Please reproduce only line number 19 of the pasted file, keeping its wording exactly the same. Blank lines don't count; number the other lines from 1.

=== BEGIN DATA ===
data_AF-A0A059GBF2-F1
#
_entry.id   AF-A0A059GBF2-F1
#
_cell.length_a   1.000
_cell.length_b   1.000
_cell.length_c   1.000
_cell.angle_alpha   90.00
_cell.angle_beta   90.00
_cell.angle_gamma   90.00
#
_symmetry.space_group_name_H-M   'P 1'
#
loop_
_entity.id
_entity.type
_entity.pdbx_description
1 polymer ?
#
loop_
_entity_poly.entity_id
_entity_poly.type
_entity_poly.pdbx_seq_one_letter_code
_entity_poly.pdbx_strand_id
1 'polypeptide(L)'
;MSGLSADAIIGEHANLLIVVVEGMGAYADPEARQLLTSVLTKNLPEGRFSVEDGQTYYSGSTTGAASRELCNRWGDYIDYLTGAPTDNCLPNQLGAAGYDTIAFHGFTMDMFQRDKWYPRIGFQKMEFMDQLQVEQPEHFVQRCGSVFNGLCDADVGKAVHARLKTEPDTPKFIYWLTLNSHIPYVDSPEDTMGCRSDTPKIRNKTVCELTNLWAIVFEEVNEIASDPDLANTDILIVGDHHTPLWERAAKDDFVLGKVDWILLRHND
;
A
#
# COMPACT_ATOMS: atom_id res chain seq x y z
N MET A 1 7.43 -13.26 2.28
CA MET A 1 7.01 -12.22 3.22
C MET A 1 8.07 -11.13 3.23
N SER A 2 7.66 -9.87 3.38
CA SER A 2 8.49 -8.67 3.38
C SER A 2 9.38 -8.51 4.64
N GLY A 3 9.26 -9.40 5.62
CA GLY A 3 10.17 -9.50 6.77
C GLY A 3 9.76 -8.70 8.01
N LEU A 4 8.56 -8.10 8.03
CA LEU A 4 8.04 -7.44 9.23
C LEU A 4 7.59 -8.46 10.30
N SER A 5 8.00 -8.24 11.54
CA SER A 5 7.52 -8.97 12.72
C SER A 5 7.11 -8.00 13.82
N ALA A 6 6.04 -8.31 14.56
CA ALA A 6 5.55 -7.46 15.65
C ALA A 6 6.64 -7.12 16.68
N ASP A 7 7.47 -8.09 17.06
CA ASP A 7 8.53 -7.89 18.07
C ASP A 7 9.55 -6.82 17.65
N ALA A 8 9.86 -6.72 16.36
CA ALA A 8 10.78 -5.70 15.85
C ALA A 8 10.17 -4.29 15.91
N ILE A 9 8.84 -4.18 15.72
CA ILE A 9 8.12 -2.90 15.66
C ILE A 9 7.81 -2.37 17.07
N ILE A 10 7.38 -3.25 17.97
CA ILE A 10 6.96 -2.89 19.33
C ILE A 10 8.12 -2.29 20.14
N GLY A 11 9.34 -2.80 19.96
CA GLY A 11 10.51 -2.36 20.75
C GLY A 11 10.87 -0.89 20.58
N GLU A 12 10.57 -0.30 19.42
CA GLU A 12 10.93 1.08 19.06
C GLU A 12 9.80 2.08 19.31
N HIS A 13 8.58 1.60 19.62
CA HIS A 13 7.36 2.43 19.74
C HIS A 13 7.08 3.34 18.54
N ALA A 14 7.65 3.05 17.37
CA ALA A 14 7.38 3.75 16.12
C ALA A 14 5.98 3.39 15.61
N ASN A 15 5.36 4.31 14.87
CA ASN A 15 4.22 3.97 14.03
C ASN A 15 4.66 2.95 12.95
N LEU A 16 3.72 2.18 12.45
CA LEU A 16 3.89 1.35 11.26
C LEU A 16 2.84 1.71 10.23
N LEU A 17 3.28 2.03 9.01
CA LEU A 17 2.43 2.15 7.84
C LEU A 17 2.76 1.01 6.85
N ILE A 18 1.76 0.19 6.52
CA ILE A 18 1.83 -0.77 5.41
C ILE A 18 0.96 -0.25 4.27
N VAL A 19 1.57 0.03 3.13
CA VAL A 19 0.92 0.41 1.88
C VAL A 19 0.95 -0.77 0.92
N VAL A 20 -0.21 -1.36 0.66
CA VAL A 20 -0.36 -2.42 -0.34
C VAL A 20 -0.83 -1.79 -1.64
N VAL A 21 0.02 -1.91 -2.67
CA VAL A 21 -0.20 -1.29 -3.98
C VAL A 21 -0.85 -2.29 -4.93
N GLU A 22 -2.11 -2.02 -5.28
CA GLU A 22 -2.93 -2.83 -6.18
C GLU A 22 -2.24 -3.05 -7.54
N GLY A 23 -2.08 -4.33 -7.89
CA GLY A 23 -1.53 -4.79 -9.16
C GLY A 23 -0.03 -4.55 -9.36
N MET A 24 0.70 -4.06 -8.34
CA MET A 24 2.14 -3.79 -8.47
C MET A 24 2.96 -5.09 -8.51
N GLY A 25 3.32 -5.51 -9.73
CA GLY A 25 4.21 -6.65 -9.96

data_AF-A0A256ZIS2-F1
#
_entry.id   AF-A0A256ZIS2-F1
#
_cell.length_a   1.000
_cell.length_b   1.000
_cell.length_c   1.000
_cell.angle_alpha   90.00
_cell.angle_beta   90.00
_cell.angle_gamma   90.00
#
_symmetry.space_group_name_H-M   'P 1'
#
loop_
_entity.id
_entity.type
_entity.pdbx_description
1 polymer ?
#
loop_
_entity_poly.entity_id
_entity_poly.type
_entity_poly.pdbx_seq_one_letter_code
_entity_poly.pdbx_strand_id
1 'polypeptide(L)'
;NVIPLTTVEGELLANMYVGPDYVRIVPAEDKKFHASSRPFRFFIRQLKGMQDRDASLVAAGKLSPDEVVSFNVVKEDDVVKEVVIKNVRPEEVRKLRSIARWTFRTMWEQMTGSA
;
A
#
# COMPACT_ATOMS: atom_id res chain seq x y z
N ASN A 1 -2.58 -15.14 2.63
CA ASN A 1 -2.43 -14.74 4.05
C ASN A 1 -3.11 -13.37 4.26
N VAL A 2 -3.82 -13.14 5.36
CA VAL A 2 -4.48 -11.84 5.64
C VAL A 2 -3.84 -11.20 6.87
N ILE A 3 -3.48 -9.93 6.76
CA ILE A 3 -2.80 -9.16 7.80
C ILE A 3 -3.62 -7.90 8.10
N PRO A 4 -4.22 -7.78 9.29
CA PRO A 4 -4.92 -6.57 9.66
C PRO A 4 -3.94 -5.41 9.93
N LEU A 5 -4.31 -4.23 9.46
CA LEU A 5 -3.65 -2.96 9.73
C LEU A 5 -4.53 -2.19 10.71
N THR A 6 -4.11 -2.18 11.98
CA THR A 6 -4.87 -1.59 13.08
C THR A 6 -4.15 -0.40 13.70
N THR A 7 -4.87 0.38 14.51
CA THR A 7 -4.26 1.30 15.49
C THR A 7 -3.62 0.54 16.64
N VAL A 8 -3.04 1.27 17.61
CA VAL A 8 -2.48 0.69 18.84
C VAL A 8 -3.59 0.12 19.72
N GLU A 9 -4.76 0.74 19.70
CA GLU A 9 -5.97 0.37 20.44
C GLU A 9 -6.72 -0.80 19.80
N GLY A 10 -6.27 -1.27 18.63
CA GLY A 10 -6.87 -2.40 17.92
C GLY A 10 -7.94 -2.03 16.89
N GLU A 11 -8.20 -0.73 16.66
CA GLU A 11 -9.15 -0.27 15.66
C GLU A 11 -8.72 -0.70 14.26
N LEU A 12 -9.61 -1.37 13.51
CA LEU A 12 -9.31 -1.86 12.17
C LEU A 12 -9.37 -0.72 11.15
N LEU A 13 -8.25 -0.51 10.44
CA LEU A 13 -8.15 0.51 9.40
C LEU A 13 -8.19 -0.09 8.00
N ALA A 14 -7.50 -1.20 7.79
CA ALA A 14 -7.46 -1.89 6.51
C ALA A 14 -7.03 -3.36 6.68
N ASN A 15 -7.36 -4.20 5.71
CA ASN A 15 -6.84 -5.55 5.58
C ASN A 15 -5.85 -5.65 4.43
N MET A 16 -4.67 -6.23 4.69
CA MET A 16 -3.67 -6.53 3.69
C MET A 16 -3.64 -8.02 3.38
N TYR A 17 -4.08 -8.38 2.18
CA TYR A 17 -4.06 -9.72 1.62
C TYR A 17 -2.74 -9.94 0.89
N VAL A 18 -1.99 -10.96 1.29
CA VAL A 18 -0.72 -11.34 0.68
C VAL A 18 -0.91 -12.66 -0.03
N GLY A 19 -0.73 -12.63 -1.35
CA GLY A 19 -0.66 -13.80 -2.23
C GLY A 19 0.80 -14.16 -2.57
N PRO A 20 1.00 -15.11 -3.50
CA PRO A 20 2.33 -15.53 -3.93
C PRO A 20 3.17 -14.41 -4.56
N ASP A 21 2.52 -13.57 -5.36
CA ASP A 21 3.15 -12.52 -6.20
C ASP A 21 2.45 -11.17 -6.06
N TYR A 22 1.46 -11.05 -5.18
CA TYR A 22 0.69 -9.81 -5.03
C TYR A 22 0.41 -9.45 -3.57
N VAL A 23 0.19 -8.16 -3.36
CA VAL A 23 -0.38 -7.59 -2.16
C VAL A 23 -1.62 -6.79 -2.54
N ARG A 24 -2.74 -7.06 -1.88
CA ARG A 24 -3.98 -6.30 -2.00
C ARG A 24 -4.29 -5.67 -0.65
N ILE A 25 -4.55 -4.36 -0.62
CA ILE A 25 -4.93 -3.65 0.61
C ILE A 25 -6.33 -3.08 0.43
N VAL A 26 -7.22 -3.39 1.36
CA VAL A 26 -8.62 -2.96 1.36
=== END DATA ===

#